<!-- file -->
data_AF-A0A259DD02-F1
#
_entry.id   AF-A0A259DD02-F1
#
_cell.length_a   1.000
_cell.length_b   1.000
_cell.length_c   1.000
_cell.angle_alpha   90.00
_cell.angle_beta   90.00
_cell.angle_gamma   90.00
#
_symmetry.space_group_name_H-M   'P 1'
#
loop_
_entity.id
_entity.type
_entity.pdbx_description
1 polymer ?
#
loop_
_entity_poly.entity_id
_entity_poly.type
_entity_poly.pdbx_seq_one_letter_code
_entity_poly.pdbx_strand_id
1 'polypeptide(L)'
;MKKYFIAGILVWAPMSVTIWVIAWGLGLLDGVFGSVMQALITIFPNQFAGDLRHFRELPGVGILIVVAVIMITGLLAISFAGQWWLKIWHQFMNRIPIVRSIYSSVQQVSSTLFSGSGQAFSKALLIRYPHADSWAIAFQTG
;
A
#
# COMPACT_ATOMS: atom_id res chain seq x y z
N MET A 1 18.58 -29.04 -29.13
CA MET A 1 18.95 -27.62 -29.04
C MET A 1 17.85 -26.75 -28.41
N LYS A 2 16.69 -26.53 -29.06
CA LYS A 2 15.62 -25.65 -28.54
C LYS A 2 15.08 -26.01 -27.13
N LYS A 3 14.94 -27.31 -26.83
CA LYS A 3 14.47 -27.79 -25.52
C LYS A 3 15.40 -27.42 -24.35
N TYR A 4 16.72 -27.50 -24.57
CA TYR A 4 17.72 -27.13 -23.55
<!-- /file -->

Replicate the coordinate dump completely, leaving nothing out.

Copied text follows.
data_AF-A0A259DD02-F1
#
_entry.id   AF-A0A259DD02-F1
#
_cell.length_a   1.000
_cell.length_b   1.000
_cell.length_c   1.000
_cell.angle_alpha   90.00
_cell.angle_beta   90.00
_cell.angle_gamma   90.00
#
_symmetry.space_group_name_H-M   'P 1'
#
loop_
_entity.id
_entity.type
_entity.pdbx_description
1 polymer ?
#
loop_
_entity_poly.entity_id
_entity_poly.type
_entity_poly.pdbx_seq_one_letter_code
_entity_poly.pdbx_strand_id
1 'polypeptide(L)'
;MKKYFIAGILVWAPMSVTIWVIAWGLGLLDGVFGSVMQALITIFPNQFAGDLRHFRELPGVGILIVVAVIMITGLLAISFAGQWWLKIWHQFMNRIPIVRSIYSSVQQVSSTLFSGSGQAFSKALLIRYPHADSWAIAFQTG
;
A
#
# COMPACT_ATOMS: atom_id res chain seq x y z
N MET A 1 18.58 -29.04 -29.13
CA MET A 1 18.95 -27.62 -29.04
C MET A 1 17.85 -26.75 -28.41
N LYS A 2 16.69 -26.53 -29.06
CA LYS A 2 15.62 -25.65 -28.54
C LYS A 2 15.08 -26.01 -27.13
N LYS A 3 14.94 -27.31 -26.83
CA LYS A 3 14.47 -27.79 -25.52
C LYS A 3 15.40 -27.42 -24.35
N TYR A 4 16.72 -27.50 -24.57
CA TYR A 4 17.72 -27.13 -23.55